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  Metric $f(R)$ Instability

+ 2 like - 0 dislike

I was reading this manuscript about Metric \(f(R)\) instability, could anyone explain why the value of \(\mu^4\) creates strong instability in Eq. (4)?

One piece I don't understand is where it says "Thus, the \(T^{3}/6\mu^{4}\) dominates the coefficient in front of \(R_1\) term in Eq. (6) and leads to strong instability" just below Eq.(7). Why is the value of the coefficient of \(R_1\) may create instabilities.

Consider the field equation:\(D^{2}R-3\frac{D_{a}R D_{a}R}{R}+\frac{R^{4}}{6{\mu}^{4}}-\frac{R^{2}}{2}=-\frac{T R^{3}}{6{\mu}^{4}}\), why the value of \(\mu^4\), whether positive or negative, may create instabilities?

This question and the first comment below it was deleted from Physics Stack Exchange and has been restored from an archive.    

asked Apr 13, 2014 in Theoretical Physics by user38032 (10 points) [ revision history ]
edited Apr 30, 2014 by dimension10

Consider the field equation: \(D^{2}R-3\frac{D_{a}R D_{a}R}{R}+\frac{R^{4}}{6{\mu}^{4}}-\frac{R^{2}}{2}=-\frac{T R^{3}}{6{\mu}^{4}}\), why the value of \(\mu^4\), whether positive or negative, may create instabilities?

A comment by David Zaslavasky has been omitted from repost, since the linked manuscript is merely 4 pages long.  

I am extremely sorry @physicsnewbie, it seems you are correct. I found from a meta.SE discussion that SE "redistributes [deleted content] to 10k+rep users and moderators", and whether it redistributes content at all is a choice it makes, but it still owns its content. 

1 Answer

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I actually dealt this model some in my thesis work.  (Shameless plug: Stability of spherically symmetric solutions in modified theories of gravity.)  The basic picture in the Dolgov-Kawasaki paper is that they start with a background solution where the Ricci scalar is equal to the trace of the stress-energy tensor, \(R_0 = T\) (inside a star, say). This solution should match up to some exterior solution with \(R_0 \approx \mu^4\) (one of the cosmological models that were motivating Carroll, Duvvuri, Trodden, & Turner);  however, if \(\mu^4 < 0\), this turns out to be impossible.  (Basically, the Ricci scalar tends to diverge at large distances from the star.)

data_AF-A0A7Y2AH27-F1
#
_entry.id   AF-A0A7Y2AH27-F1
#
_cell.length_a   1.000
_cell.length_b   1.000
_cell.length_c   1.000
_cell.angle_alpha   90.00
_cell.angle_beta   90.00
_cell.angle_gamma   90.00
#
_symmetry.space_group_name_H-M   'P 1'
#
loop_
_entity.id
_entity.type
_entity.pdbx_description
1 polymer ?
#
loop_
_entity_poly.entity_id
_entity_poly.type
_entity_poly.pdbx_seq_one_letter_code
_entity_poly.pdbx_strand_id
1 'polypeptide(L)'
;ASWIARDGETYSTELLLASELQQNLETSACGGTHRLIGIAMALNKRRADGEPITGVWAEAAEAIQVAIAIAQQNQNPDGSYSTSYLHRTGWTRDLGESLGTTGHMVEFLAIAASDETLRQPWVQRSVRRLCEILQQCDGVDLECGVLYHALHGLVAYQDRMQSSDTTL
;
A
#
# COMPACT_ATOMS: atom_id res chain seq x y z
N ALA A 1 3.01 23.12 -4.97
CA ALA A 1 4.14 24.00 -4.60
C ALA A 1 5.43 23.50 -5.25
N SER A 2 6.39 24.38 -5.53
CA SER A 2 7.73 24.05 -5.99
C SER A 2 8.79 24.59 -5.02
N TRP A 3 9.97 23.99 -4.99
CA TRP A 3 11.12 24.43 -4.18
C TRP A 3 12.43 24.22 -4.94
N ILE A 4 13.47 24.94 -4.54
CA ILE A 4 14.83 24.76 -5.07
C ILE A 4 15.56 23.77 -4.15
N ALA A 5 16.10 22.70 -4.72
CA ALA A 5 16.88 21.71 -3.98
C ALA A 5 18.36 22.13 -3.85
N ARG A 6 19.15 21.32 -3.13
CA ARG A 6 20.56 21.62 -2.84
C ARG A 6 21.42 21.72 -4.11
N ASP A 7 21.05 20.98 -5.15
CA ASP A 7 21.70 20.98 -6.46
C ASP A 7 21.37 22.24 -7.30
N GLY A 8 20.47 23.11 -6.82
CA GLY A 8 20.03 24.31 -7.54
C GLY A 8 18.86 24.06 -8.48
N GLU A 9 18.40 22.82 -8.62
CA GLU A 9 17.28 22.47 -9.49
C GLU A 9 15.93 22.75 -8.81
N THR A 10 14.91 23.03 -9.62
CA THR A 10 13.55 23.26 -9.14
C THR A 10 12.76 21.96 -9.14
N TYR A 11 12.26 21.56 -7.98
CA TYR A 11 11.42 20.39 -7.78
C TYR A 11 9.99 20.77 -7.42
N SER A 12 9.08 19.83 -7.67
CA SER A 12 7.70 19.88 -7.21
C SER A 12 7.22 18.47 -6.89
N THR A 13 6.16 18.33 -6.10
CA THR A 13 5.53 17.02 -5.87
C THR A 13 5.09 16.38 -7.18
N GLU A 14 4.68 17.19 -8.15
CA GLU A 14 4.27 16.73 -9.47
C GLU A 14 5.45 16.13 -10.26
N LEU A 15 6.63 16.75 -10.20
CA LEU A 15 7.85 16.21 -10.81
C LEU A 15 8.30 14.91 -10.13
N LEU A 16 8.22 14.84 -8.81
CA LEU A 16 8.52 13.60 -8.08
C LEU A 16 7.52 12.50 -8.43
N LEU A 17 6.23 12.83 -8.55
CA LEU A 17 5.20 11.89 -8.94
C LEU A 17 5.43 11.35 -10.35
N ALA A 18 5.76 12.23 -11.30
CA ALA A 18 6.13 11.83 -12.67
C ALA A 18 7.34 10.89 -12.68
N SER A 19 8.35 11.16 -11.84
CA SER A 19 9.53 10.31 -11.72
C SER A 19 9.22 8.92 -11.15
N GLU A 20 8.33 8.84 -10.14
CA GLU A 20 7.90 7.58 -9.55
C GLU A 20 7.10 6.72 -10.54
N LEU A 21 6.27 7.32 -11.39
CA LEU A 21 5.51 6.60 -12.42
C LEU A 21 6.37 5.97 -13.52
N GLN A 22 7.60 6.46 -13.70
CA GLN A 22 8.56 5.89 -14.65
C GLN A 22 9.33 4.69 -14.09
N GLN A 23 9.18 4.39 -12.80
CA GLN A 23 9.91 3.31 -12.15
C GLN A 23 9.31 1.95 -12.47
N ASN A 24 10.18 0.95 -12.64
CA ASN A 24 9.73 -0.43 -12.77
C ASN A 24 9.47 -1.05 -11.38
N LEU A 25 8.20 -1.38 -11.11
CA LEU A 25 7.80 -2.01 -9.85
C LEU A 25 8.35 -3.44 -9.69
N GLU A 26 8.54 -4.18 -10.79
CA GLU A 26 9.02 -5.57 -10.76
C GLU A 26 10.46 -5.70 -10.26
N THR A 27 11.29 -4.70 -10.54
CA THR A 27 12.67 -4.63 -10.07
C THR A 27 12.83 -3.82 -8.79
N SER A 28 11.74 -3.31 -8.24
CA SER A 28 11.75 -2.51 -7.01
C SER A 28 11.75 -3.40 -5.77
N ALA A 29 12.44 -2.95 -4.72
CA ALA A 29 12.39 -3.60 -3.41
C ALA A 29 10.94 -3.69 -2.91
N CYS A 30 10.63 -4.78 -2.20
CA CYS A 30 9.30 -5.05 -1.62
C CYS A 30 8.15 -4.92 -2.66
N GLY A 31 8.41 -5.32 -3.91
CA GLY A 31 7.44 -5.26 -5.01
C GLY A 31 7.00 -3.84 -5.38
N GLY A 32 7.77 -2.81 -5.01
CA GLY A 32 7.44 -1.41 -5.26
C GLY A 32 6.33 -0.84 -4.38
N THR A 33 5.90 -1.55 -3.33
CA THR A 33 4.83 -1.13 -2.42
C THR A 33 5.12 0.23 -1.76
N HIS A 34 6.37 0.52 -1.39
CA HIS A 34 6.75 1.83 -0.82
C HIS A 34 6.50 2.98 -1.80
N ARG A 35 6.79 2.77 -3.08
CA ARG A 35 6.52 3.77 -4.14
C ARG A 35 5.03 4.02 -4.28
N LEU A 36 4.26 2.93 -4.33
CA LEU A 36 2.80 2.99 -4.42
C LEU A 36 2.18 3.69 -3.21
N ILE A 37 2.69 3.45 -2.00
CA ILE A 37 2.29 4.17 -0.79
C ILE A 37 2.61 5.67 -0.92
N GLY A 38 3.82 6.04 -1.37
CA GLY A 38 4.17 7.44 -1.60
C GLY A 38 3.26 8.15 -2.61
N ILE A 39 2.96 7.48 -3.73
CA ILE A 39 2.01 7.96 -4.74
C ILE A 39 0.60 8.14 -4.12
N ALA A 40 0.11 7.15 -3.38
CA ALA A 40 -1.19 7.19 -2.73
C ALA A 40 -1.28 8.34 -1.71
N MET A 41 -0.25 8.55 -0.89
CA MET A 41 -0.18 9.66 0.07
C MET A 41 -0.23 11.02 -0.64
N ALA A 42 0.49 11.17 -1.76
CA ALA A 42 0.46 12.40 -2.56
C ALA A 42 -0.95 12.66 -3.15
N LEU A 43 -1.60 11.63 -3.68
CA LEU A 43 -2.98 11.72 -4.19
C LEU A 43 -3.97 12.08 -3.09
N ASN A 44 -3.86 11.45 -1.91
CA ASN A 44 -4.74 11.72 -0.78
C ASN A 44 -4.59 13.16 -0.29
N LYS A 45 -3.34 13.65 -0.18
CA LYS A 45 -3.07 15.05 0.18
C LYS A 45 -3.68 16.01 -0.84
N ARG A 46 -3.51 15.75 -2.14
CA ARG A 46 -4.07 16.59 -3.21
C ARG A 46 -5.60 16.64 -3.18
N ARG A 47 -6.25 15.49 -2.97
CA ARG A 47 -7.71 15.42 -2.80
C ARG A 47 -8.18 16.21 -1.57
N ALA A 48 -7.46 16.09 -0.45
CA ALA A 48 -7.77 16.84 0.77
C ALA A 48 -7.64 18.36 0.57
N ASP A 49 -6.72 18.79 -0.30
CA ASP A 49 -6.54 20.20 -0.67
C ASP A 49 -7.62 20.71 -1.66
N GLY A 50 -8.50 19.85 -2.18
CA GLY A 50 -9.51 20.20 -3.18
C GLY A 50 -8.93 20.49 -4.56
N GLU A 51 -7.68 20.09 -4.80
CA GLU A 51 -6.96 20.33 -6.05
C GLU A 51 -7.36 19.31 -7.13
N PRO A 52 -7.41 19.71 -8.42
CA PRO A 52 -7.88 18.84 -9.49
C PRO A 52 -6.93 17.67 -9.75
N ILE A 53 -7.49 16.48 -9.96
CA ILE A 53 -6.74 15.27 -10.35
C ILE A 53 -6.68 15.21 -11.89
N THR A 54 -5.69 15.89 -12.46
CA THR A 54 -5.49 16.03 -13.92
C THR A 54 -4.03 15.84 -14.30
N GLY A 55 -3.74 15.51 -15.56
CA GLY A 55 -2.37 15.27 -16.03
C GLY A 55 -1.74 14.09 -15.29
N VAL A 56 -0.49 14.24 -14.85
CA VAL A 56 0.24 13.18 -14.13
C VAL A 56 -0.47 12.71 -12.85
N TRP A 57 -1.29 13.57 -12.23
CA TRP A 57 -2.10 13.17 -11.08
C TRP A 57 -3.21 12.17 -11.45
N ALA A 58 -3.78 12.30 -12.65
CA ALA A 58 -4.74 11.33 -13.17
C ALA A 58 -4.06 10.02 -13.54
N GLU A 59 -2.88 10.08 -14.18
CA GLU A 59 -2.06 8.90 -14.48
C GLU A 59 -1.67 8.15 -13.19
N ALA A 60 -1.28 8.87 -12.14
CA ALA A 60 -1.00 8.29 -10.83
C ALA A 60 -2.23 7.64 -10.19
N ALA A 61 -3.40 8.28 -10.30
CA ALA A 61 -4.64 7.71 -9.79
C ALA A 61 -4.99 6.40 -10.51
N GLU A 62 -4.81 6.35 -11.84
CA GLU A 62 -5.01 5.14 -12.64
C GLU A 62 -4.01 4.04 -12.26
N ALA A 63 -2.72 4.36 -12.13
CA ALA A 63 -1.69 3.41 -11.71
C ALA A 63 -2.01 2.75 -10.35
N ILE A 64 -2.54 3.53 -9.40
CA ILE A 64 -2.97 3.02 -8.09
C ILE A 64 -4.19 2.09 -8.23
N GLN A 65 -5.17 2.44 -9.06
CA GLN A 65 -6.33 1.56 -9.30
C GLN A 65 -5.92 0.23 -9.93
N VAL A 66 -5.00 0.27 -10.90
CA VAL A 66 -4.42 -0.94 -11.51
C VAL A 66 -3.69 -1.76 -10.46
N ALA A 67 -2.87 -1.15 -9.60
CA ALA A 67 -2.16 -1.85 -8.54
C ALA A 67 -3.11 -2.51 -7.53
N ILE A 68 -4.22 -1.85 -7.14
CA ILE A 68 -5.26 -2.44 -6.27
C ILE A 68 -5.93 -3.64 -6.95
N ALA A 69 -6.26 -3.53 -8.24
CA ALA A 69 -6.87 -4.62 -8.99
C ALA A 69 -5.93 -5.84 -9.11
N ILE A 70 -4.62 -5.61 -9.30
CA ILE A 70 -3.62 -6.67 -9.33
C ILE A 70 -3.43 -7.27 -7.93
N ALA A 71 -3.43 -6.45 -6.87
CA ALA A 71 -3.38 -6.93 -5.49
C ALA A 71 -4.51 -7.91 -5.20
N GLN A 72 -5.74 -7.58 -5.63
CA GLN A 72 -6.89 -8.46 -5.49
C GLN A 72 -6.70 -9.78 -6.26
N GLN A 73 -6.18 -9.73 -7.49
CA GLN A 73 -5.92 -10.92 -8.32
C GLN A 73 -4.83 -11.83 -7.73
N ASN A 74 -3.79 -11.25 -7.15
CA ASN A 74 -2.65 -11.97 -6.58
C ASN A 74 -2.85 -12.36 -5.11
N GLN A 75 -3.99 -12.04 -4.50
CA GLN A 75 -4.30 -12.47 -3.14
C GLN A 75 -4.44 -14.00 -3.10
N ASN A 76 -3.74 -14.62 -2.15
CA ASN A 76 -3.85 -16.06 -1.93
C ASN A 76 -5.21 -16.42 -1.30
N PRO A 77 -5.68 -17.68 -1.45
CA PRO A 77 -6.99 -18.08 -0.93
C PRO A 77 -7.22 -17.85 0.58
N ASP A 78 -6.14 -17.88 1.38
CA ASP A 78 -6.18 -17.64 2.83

Having dispensed with the \(\mu^4 < 0\) case, they look at at the \(\mu^4 > 0\) case.  In this case, one can obtain a well-behaved solution in which \(R_0 \approx T\) inside the star and \(R_0 \approx \mu^4\) asymptotically.  The next step is to look at the behavior of perturbations about this solution;  the linearized perturbation equation is eq. (5) in their paper.  The equation of motion for the first-order perturbations grows exponentially with time, since the last term on the left-hand side of eq. (5) is so large in magnitude and negative.

I should mention that while Dolgov & Kawasaki's proof isn't iron-clad (see my comments at the start of Section III.B in the paper I linked to above), it does persist in a more rigorous analysis.  You might also take a look at The Large Scale Structure of f(R) Gravity, which obtains a similar result.

answered May 2, 2014 by Johnny Assay (70 points) [ revision history ]

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